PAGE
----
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[whitespace] Dick Riordan Liberal Label: Some GOP conventioneers say Dick Riordan is worse than Gray Davis.

Public Eye

Circus Elephants

What better place for California Republicans to contemplate their waning relevance than here in the South Bay, where local elephants are nearly extinct. As more than 1,300 Republicans took over the Fairmont Hotel in downtown San Jose last weekend to battle one another over how best to bring their party back to life in the state, one local survivor said being a party member in Silicon Valley was "like the first 10 minutes of Saving Private Ryan." But instead of attacking incumbent GRAY DAVIS, candidates and many delegates gave Dick Riordan their undivided scorn. BILL JONES did most of the bashing in the Saturday debate for the three candidates for governor, jabbing BILL SIMON for not voting in past elections. Simon and Jones both bashed Riordan for supporting Democrats. Given the time spent on the issue, it wouldn't be hard for the casual observer to think abortion is the only thing a California governor deals with. Riordan clarified that he doesn't like abortion, but he doesn't like denying choice either. In the hall outside the ballroom, the Riordan table displayed poster-size photos of their guy with President GEORGE W. BUSH, while across the way, Jones staffers displayed their own poster: a grainy enlargement of Riordan with Davis. But in spite of all the yelling, one party leader said the whole circus was a lot tamer than it could have been, because most of the conservatives know they need to bite their tongues about Riordan. "Embracing the moderate side is the key to saving the state," the moderate pachyderm predicts. "Those doing the fighting realized it would make them look bad--and lose. I was surprised how civil some of the right-wing wackos were, actually coming up and shaking my hand. This could have looked a lot worse if they'd opened their mouths, but they took one for the team." ... One unexpectedly cheerful part of the three-day convention was the opening-night dinner (on the menu: pork) featuring House Majority Leader DICK ARMEY. Instead of a stern lecture, as one might expect from a conservative economics professor from Texas who authored the immortal Contract With America, Armey eschewed any prepared remarks and instead joked at length about fishing, grandkids, congressional Democrats (boo!) and Rep. MARY BONO's good looks.

Yanks a Lot

With three weeks to go until Election Day, Mountain View Mayor SALLY LIEBER's list of endorsers for her bid for a state Assembly seat is getting shorter. MV Councilman RALPH FARAVELLI yanked his endorsement last week. Although Faravelli was friendly with Lieber and recently supported her for mayor, he says he's let down by some of the things she's pulled since taking the post a couple weeks ago. "In some cases, she's acting like she's already in the Assembly," Faravelli says. "She gets a little heavy-handed ... too headstrong." In a letter to Lieber, Faravelli said he was upset because she yanked fellow Councilman MATT PEAR off a city commission, upset other members of the council by shuffling another committee and criticized the city for not doing enough on the day-laborers issue. "For her to criticize what the city has not done is way off-base, because the city has been working on this for six years." ... Others are steamed that Lieber listed them as endorsers after they yanked their endorsements--or never gave one to begin with. One backer--State Board of Equalization member JOHAN KLEHS--on Sally's most recent list says he never endorsed in the 22nd Assembly contest. YWCA board member NANCY PYLE yanked her endorsement after Lieber handed out campaign pieces at an organization event. Lieber also lists politically active tech exec STEVE KIRSCH as an endorser, though Kirsch is now backing Lieber rival ROD DIRIDON JR. ... Lieber, however, can boast one new endorser: enviro-crusader ERIN BROCKOVICH.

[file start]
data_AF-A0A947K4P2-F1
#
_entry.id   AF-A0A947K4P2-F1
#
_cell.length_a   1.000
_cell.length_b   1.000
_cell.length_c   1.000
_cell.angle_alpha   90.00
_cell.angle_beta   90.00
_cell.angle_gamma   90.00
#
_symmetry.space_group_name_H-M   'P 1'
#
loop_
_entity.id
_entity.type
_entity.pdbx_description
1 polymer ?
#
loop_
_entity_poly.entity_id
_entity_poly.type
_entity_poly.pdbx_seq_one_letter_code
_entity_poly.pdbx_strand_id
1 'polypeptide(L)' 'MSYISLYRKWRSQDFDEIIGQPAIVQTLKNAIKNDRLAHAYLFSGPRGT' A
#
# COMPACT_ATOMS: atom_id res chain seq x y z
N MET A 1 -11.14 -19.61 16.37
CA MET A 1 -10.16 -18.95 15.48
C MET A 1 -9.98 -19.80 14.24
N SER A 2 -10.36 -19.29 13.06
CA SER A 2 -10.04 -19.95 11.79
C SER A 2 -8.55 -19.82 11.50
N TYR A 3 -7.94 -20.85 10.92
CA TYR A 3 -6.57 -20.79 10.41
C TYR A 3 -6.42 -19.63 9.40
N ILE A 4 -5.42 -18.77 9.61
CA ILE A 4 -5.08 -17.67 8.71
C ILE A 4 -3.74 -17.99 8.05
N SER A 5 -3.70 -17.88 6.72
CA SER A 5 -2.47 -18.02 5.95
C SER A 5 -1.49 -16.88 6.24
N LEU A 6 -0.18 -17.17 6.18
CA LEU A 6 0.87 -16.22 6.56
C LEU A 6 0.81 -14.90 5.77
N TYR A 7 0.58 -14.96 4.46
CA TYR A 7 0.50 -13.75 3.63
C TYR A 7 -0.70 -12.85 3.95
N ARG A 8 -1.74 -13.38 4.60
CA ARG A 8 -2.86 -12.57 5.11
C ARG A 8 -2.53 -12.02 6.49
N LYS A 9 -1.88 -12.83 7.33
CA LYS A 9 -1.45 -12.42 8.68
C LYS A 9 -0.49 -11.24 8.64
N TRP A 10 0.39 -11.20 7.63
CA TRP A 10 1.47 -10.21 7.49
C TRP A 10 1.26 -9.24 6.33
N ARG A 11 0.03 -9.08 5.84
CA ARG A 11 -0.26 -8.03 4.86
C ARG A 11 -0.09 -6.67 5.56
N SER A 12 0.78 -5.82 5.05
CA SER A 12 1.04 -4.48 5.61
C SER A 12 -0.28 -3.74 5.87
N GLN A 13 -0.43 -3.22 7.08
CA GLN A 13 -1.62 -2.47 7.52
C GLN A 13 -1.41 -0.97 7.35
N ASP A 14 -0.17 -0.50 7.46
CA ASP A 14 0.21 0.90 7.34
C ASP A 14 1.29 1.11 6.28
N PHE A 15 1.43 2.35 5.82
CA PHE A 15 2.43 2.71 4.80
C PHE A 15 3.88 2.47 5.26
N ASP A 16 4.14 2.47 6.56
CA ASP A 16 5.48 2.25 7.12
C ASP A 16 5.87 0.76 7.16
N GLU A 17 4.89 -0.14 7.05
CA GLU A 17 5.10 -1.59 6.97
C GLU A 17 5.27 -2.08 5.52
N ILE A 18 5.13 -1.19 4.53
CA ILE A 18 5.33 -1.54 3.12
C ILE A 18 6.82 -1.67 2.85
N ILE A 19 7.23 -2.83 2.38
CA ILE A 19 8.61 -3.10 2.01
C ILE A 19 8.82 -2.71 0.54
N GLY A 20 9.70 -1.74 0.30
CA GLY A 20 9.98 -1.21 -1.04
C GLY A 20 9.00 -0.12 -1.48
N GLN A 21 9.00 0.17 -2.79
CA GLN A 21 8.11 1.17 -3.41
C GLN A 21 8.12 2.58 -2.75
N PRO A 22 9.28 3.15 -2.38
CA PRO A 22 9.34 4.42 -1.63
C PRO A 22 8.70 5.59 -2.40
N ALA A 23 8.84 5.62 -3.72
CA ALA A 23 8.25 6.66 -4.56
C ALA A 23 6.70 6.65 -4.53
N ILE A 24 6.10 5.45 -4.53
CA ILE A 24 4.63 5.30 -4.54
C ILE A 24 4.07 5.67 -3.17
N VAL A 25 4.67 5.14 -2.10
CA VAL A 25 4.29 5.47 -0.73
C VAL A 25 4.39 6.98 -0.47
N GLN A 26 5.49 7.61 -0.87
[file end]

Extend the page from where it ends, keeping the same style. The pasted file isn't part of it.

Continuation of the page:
Executive Privilege

How's this for a sweet deal? A $232,788.19 salary plus 16 weeks of vacation a year. Sound a little too sweet? That's what Santa Clara County Supervisor PETE MCHUGH is wondering about county executive RICHARD WITTENBERG's contract. All top dogs at the county get 39 days of leave a year, but under a contract provision left over from ex-exec SALLY REED, Wittenberg doesn't have to work when the supes aren't working. It came out to a handful of days a year until the board started taking off the month of July, plus two weeks of winter holidays, bringing the total to 42 days. And with all the extra vacation--81 days in all--Wittenberg last year took off when the board did, then sold his unused 39 days back to the county for about $32,000. It's a pretty good amount of walking-around money, even for the second-highest-paid county exec in the state. ... McHugh tells Eye he brought up the issue in closed session a few months ago and requested a special compensation study. "I feel it's overly generous," McHugh says. "As stewards of the public money, we have to take a look at this. Nobody was aware of it, because it was grandfathered in." After supervisors looked at the study, McHugh asked board chair DON GAGE and county counsel ANN RAVEL to look into the issue. It comes back for discussion Feb. 25.